September 7, 2018 – Article

      In an interesting, but non-precedential, decision from the Court of Appeals for the Federal Circuit (Supernus Pharmaceuticals, Inc. v TWI Pharmaceuticals, Inc  et al (Fed. Cir., September 6, 2018-http://www.cafc.uscourts.gov/sites/default/files/opinions-orders/17-2513.Opinion.9-6-2018.pdf), the Court affirmed a decision from the U.S. District Court of New Jersey.

      This arose out of an ANDA filing by TWi for patents owned by Supernus covering formulations of oxcarbazepine for the treatment of partial epileptic seizures.

Representative Claim 1 of one of the asserted patents:

1. A pharmaceutical formulation for once-a-day administration of oxcarbazepine comprising a homogeneous matrix comprising:

(a) oxcarbazepine;

(b) a matrix-forming polymer selected from the group consisting of cellulosic polymers, alginates, gums, cross-linked poly-acrylic acid, carageenan, polyvinyl pyrrolidone, polyethylene oxides, and polyvinyl alcohol;

(c) at least one agent that enhances the solubility of oxcarbazepine selected from the group consisting of surface active agents, complexing agents, cyclodextrins, pH modifying agents, and hydration promoting agents; and

(d) at least one release promoting agent comprising a polymer having pH dependent solubility selected from the group consisting of cellulose acetate phthalate, cellulose acetate succinate, methylcellulose phthalate, ethylhydroxycellulose phthalate, polyvinylacetate phthalate, polyvinylbutyrate acetate, vinyl acetate-maleic anhydride copolymer, styrene-maleic mono-ester copolymer, and Eudragit L100-55 (Methacrylic Acid-Ethyl Acrylate Copolymer (1:1)), and methyl acrylate-methacrylic acid copolymers.

      There were multiple Supernus patents with a common specification and a parallel litigation with the same patents but different litigant (Actavis Inc). The initial part of the Court’s decision focused on TWi's challenge that the District Court’s opinion in this case relied too heavily on the findings and conclusions that arose from the Actavis litigation (decided after Markman in the TWi litigation but before the final decision of validity and infringement). The Court was not convinced:

. . .the district court referenced Actavis only to the extent that the records in the two cases were the same. For these reasons, the district court did not err in referencing Actavis in its decision in this case. The Actavis decision also does not color our decision-making on appeal.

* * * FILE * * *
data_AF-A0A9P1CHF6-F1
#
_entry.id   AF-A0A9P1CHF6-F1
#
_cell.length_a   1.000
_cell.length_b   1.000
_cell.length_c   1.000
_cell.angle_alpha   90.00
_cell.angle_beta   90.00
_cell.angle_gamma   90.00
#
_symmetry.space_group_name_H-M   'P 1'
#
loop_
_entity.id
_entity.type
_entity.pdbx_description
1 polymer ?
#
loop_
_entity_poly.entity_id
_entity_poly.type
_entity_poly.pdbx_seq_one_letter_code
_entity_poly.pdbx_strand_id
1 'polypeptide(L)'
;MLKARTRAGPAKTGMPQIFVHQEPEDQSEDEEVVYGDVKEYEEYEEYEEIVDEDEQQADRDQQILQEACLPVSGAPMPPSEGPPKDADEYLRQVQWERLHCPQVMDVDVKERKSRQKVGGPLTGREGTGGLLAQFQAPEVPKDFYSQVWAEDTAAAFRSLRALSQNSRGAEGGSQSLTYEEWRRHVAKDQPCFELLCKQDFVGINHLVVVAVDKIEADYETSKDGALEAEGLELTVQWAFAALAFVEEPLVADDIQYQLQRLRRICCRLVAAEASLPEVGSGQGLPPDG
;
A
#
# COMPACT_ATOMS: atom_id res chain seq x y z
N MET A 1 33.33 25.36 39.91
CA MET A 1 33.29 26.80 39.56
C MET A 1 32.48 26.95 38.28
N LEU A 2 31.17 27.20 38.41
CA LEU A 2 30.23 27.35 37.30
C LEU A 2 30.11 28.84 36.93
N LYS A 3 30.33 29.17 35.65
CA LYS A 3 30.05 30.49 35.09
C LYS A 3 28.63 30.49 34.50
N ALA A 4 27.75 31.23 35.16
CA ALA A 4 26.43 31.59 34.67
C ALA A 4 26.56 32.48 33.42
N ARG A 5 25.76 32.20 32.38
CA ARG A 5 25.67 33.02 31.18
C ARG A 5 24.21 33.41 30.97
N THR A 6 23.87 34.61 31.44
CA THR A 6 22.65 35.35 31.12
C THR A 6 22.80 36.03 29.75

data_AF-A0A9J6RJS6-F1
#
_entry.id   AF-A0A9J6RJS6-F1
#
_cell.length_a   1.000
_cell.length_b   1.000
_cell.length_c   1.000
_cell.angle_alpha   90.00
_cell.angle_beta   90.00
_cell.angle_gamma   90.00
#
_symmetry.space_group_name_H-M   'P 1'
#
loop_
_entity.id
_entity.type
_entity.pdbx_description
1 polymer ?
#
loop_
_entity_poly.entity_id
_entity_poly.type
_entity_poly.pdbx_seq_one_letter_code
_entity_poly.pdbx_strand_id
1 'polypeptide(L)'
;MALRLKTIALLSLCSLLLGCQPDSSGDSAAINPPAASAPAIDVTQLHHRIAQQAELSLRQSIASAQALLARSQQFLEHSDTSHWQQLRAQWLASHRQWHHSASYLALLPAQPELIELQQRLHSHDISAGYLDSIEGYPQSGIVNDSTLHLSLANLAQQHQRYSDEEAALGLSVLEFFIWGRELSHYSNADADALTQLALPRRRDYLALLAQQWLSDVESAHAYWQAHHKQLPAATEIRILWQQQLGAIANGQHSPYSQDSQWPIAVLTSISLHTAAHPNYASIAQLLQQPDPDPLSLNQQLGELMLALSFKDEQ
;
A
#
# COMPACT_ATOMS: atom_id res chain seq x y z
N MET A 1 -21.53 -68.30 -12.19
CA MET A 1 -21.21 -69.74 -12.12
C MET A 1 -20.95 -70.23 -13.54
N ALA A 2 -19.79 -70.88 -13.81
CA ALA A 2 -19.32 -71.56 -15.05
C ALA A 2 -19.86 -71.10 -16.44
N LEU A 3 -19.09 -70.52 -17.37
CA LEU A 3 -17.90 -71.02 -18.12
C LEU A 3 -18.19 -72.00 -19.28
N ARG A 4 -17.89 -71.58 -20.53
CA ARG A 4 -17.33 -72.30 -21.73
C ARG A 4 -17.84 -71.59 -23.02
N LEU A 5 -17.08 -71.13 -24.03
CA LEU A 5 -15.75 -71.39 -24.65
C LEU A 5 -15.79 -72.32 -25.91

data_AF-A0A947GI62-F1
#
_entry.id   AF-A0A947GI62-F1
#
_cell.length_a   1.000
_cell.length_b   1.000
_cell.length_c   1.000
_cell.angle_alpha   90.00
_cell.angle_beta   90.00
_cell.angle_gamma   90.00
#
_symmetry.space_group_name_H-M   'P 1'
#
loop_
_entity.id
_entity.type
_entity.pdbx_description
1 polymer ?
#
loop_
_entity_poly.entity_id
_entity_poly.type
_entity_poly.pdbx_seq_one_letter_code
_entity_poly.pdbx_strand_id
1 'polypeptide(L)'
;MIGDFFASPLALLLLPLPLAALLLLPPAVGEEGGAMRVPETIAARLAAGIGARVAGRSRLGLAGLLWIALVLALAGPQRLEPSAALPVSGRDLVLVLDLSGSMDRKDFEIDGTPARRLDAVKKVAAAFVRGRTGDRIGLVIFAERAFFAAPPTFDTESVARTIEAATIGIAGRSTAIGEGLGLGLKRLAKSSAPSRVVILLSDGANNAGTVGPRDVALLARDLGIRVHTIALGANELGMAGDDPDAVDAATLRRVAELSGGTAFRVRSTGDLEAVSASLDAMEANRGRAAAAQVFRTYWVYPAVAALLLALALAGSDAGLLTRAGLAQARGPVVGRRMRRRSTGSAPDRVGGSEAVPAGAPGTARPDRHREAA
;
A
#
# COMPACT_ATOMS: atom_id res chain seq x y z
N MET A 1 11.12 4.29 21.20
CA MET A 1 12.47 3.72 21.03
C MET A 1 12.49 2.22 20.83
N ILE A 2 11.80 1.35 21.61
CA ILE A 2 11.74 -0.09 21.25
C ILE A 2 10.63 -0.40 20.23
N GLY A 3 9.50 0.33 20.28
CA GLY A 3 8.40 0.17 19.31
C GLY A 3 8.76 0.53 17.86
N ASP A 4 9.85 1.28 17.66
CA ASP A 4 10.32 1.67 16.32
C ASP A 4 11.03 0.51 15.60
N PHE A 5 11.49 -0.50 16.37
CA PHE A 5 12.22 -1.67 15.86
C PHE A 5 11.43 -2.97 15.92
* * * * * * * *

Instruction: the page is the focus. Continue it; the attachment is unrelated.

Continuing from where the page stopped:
The Court then addressed TWi’s contention that their product containing an “accused agent” does not read on the solubility agent in the Supernus patents:

. . .the common specification,  at Table 1, characterizes a formulation that contains the accused agent, but not a release-promoting agent, as a “non-enhanced” formulation. ’898 patent, col. 9, ll. 10–33. TWi contends that the specification defines “non- enhanced” formulations as formulations that contain neither a release promoter nor a solubility agent, and “enhanced” formulations as formulations that contain a release promotor, solubility agent, or both. In other words, TWi contends that the accused agent cannot satisfy the solubility agent limitation because the common specification admits that a formulation containing the accused agent is a “non-enhanced” formulation, i.e. is a formulation that contain neither a solubility agent nor a release promoting agent.

      The Court was not persuaded of an error by the District Court:

We agree with the district court. We read “enhanced” formulations, in the context of the common specification, to require both a “combination of solubility and release promoters.” Id. at col. 4, ll. 14–16. Indeed, as Supernus notes, even “[TWi]’s own citation to a legal style manual” describes “and/or” “as a ‘grammatical abomination’ that can mean ‘and,’ ‘or,’ or ‘and/or.’” . . .

Here, the common specification indicates that the use of “and/or” must mean solely “and” because the common specification identifies both agents as essential to enhancing the bioavailability of oxcarbazepine.

In this way, the common specification describes the presence of both a solubility agent and a release-promoting agent as essential to formulating an “enhanced” formulation.

Accordingly, “non-enhanced” formulations can include formulations that do not contain either a solubility agent or a release promoter. Applied to Table 1, the “nonenhanced” formulation containing the accused agent does not preclude a finding that the accused agent is a solubility agent.